Do you have a transition-to-retirement strategy set up by your financial planner that you have not heard about for some time? Then get on the phone and organise a meeting. Under the lower superannuation contribution cap of $25,000 from July 1, the cost of the strategy may outweigh the benefits.
As the name implies, the transition-to-retirement strategy was originally introduced to allow those aged over 55, who wanted to work less, to top up their living expenses from their super.
It is still a good strategy for that purpose. But, in recent years, the strategy has been used by planners as a tax strategy for older clients. The way it works is that those over 55 start a pension alongside their super fund. They draw down income from the pension. That allows them to salary sacrifice pay into their super up to the contribution limit while maintaining their overall after-tax income.
The strategy allows them to take full advantage of the cap. The main, but not only, tax benefit of the strategy is in replacing income that would have been taxed at the person's marginal income tax rate with the 15 per cent tax on contributions to super.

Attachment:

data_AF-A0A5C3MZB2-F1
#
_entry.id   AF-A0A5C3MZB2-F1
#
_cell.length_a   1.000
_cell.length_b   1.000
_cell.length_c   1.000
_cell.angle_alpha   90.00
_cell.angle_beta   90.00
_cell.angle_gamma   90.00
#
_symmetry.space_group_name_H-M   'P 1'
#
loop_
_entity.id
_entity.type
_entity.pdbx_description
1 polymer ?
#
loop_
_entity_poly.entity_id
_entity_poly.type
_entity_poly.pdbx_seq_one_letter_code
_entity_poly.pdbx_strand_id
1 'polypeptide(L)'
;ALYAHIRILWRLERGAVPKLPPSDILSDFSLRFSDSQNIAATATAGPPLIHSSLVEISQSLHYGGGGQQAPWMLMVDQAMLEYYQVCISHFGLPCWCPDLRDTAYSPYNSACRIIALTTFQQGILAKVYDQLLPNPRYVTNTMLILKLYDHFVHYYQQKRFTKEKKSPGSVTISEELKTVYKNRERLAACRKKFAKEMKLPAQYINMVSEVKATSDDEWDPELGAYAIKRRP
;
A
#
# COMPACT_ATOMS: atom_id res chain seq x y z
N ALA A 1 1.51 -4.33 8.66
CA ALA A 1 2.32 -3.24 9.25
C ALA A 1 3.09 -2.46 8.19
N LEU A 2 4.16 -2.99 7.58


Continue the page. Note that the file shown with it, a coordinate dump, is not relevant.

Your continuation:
It was a good strategy when the maximum salary sacrifice cap was $100,000 in 2007-08 for over-50s.
It was still all right for some people when the cap was lowered to $50,000 in the 2009-10 financial year.
But now that the cap has been halved to $25,000 for over 50s it's hard to see how it can work for most people, though it looks better for over-60s because they can draw down income from their pension account tax free.
Many people use a financial planner to implement a transition-to-retirement strategy, though the rules are not very difficult and people could and do implement it themselves. But fees to a planner to set up the strategy are between $2500 and $4000 and then there are the ongoing advice fees.
Running two funds - a super fund and a pension fund - is more expensive than paying fees for just a super fund. Financial institutions employing the planners show the benefits of the strategy in the most favourable light without accounting for the costs.
Even on these most favourable numbers with a cap of $25,000 (which includes the 9 per cent compulsory super) the strategy is marginal after the likely cost of getting advice.